Log In

Username:

Password:

   Stay logged in?

Forgot Password?

User Status

 

Attention

 

Recover Password

Username or Email:

Loading...
Change Image
Enter the code in the photo at left:

Before We Continue...

Are you absolutely sure you want
to delete this message?

Premium Membership

Upgrade to
Premium Membership!

Renew Your
Premium Membership!

$99
$79
PER YEAR

Premium Membership includes the following benefits:

Don't let your Premium Membership expire, or you'll miss out on:

  • Exclusive access to over 1,400 video demonstrations of patterns in the full bronze, silver and gold levels.
  • Access to all previous variations of the week, including full video instruction of man's and lady's parts.
  • Over twice as many videos as basic membership.
  • A completely ad-free experience!

 

Sponsored Ad
Spins and Turns
Turning from the Base

One very common mistake is to use the wrong parts of the body to produce the driving force (also known as the "impetus") for the turn. When the wrong parts of the body are used, the body is thrown out of its natural alignment, and is therefore pulled away from the axis of rotation.

The obvious question to ask, then, is: "What are the correct parts of the body to use?" The answer is: The lower half of the body, including the feet, legs, and hips. This is also known as your base.

Why the base?

Imagine for a second that your body is represented by a small table with a lamp on top. The lamp represents your upper body, and the table, with its legs, represents your base.

If we move the lamp, it will slide around on the table, but the table itself will remain in place. So by pushing the lamp, we only move the lamp by itself. On the other hand, if we actually move the table, both the table and the lamp move around together as a single unit.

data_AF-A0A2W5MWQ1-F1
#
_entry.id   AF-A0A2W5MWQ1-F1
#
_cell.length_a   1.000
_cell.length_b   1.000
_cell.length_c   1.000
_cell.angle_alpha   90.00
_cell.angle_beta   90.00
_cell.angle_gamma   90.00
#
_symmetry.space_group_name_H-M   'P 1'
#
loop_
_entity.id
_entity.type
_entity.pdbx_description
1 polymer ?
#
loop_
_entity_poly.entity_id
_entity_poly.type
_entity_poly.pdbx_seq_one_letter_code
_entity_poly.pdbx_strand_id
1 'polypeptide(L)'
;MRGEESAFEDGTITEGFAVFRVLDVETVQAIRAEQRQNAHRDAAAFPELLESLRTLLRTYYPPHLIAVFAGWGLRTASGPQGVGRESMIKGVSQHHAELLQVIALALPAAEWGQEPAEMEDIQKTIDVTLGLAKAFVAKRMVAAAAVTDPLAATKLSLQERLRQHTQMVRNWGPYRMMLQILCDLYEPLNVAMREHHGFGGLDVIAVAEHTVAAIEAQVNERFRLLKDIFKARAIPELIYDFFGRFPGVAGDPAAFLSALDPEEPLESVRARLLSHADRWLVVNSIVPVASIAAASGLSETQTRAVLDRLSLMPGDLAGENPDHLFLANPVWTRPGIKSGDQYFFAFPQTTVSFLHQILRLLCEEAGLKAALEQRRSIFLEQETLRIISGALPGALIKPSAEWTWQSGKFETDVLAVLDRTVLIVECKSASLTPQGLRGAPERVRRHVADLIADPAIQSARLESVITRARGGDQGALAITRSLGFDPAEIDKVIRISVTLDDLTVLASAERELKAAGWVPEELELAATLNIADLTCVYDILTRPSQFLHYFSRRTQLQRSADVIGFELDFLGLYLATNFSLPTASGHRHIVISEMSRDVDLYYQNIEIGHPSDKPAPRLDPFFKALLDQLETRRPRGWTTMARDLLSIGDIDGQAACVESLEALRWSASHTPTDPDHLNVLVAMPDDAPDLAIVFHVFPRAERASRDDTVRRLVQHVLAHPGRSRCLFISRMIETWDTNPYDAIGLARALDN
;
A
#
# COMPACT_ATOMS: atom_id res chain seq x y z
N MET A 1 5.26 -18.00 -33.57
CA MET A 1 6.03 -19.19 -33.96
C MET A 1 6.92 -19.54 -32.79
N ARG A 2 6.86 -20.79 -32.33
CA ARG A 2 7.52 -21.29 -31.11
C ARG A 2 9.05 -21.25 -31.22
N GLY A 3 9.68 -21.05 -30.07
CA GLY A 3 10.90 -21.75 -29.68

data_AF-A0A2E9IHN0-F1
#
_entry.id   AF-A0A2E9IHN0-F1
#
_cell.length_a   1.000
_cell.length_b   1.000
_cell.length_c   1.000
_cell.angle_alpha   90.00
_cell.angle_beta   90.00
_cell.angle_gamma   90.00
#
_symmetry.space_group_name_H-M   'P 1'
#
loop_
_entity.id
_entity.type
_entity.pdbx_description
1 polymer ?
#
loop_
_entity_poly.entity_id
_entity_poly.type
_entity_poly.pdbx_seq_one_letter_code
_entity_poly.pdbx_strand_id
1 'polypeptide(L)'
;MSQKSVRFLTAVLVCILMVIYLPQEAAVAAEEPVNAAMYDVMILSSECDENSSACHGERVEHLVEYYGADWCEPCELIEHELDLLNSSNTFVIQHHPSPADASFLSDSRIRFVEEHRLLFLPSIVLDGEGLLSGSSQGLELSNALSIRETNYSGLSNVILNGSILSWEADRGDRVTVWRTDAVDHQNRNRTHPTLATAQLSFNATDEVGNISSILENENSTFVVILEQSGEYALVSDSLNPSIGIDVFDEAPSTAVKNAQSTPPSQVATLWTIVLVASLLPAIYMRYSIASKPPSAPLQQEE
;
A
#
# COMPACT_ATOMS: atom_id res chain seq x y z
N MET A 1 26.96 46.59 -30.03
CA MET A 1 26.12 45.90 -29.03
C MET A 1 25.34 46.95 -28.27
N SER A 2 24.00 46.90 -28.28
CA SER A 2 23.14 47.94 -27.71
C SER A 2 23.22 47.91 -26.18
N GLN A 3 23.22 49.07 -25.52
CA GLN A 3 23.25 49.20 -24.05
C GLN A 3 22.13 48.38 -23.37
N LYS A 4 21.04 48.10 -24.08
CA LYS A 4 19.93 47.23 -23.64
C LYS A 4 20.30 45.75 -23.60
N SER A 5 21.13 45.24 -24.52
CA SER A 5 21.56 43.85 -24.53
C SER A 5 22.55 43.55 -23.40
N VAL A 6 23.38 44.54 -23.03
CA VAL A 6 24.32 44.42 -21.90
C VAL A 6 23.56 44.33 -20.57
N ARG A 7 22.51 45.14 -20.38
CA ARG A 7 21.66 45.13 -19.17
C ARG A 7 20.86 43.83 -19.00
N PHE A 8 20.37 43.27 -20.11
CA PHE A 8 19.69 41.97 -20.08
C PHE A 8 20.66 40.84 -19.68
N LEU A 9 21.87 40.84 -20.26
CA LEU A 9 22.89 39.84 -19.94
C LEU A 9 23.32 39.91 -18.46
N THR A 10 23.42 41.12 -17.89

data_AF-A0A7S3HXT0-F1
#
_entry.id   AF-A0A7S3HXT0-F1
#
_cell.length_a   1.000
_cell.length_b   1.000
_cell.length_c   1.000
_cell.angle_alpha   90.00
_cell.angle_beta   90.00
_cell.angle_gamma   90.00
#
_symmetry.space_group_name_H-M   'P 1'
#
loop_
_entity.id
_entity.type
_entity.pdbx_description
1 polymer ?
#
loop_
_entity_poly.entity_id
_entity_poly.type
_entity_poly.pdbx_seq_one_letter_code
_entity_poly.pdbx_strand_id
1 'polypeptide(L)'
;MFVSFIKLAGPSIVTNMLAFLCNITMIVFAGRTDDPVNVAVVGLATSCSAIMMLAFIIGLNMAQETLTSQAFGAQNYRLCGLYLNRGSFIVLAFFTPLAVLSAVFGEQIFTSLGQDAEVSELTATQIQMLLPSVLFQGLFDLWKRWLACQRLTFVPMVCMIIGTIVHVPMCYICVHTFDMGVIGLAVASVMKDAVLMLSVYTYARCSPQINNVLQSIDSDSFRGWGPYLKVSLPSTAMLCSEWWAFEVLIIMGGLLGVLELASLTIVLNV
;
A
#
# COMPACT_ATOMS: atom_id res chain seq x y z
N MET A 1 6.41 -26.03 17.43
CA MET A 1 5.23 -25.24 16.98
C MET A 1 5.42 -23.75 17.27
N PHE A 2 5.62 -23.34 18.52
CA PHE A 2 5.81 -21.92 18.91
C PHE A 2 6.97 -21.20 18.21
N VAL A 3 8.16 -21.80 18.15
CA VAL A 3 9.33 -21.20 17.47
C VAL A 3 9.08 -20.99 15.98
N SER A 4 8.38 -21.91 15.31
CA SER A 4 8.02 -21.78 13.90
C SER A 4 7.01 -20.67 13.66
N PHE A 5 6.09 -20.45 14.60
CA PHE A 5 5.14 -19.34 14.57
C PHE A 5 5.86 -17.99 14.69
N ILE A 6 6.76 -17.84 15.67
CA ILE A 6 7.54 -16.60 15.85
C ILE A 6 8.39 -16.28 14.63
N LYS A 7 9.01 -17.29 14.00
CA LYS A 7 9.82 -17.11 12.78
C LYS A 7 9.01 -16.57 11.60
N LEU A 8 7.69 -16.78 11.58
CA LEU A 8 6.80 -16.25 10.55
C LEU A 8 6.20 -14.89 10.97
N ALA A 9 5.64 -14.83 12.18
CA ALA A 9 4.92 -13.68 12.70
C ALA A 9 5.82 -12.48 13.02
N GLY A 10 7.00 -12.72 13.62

When you attempt to turn by swinging your arms or hurling your upper body ahead of your base, you are in effect knocking the lamp right off of the table. When your upper body turns ahead of the base, the whole body gets thrown out of alignment; You cannot turn straight up over the axis of rotation, and you fall off balance. So in order to produce a balanced turn, you will need to learn how to move the table instead of the lamp. In other words, the turn must be produced from the base.

You may be saying to yourself, "But I know that I've seen good dancers using their arms and upper body to aid in the rotation!". That may be true to a certain degree, but there's a big difference between aiding in and being the primary source of rotation. In more advaced lessons, we will study how the arms and upper body can initially work ahead of the base to assist with the turn, but even in these circumstances, the body is brought back into alignment for the remainder -- and the majority -- of the turn.

For the novice dancer, because there is such a strong urge to use the arms and upper body in ways that are counterproductive, the best approach to learning is to restrict the usage of the arms and upper body altogether.

< Prev PageNext Page >
Copyright  ©  1997-2017 BallroomDancers.com
Loading...